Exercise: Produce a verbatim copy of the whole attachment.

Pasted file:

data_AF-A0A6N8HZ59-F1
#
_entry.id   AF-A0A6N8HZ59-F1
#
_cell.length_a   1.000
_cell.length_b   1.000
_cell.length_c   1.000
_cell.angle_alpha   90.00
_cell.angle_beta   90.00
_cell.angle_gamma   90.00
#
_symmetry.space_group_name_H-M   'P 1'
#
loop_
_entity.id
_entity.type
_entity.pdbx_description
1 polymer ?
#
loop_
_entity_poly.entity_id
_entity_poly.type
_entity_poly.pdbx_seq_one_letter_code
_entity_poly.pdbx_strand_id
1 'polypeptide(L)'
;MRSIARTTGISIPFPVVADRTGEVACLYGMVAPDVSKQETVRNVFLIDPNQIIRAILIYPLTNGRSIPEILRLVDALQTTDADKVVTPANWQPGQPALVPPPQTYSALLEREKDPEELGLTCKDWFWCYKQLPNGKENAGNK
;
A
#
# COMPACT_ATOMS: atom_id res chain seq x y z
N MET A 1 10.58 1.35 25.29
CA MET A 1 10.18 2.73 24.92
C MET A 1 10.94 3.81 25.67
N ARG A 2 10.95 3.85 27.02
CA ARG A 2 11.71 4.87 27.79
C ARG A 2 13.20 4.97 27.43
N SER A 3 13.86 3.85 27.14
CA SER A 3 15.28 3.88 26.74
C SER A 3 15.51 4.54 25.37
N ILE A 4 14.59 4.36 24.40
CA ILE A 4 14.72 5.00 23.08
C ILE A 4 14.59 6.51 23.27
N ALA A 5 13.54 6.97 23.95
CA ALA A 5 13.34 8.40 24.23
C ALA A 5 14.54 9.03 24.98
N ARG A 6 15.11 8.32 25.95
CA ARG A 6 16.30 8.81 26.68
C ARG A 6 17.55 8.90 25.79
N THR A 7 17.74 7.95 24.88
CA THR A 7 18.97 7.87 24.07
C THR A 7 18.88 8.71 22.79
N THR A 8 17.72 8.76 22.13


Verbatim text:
data_AF-A0A6N8HZ59-F1
#
_entry.id   AF-A0A6N8HZ59-F1
#
_cell.length_a   1.000
_cell.length_b   1.000
_cell.length_c   1.000
_cell.angle_alpha   90.00
_cell.angle_beta   90.00
_cell.angle_gamma   90.00
#
_symmetry.space_group_name_H-M   'P 1'
#
loop_
_entity.id
_entity.type
_entity.pdbx_description
1 polymer ?
#
loop_
_entity_poly.entity_id
_entity_poly.type
_entity_poly.pdbx_seq_one_letter_code
_entity_poly.pdbx_strand_id
1 'polypeptide(L)'
;MRSIARTTGISIPFPVVADRTGEVACLYGMVAPDVSKQETVRNVFLIDPNQIIRAILIYPLTNGRSIPEILRLVDALQTTDADKVVTPANWQPGQPALVPPPQTYSALLEREKDPEELGLTCKDWFWCYKQLPNGKENAGNK
;
A
#
# COMPACT_ATOMS: atom_id res chain seq x y z
N MET A 1 10.58 1.35 25.29
CA MET A 1 10.18 2.73 24.92
C MET A 1 10.94 3.81 25.67
N ARG A 2 10.95 3.85 27.02
CA ARG A 2 11.71 4.87 27.79
C ARG A 2 13.20 4.97 27.43
N SER A 3 13.86 3.85 27.14
CA SER A 3 15.28 3.88 26.74
C SER A 3 15.51 4.54 25.37
N ILE A 4 14.59 4.36 24.40
CA ILE A 4 14.72 5.00 23.08
C ILE A 4 14.59 6.51 23.27
N ALA A 5 13.54 6.97 23.95
CA ALA A 5 13.34 8.40 24.23
C ALA A 5 14.54 9.03 24.98
N ARG A 6 15.11 8.32 25.95
CA ARG A 6 16.30 8.81 26.68
C ARG A 6 17.55 8.90 25.79
N THR A 7 17.74 7.95 24.88
CA THR A 7 18.97 7.87 24.07
C THR A 7 18.88 8.71 22.79
N THR A 8 17.72 8.76 22.13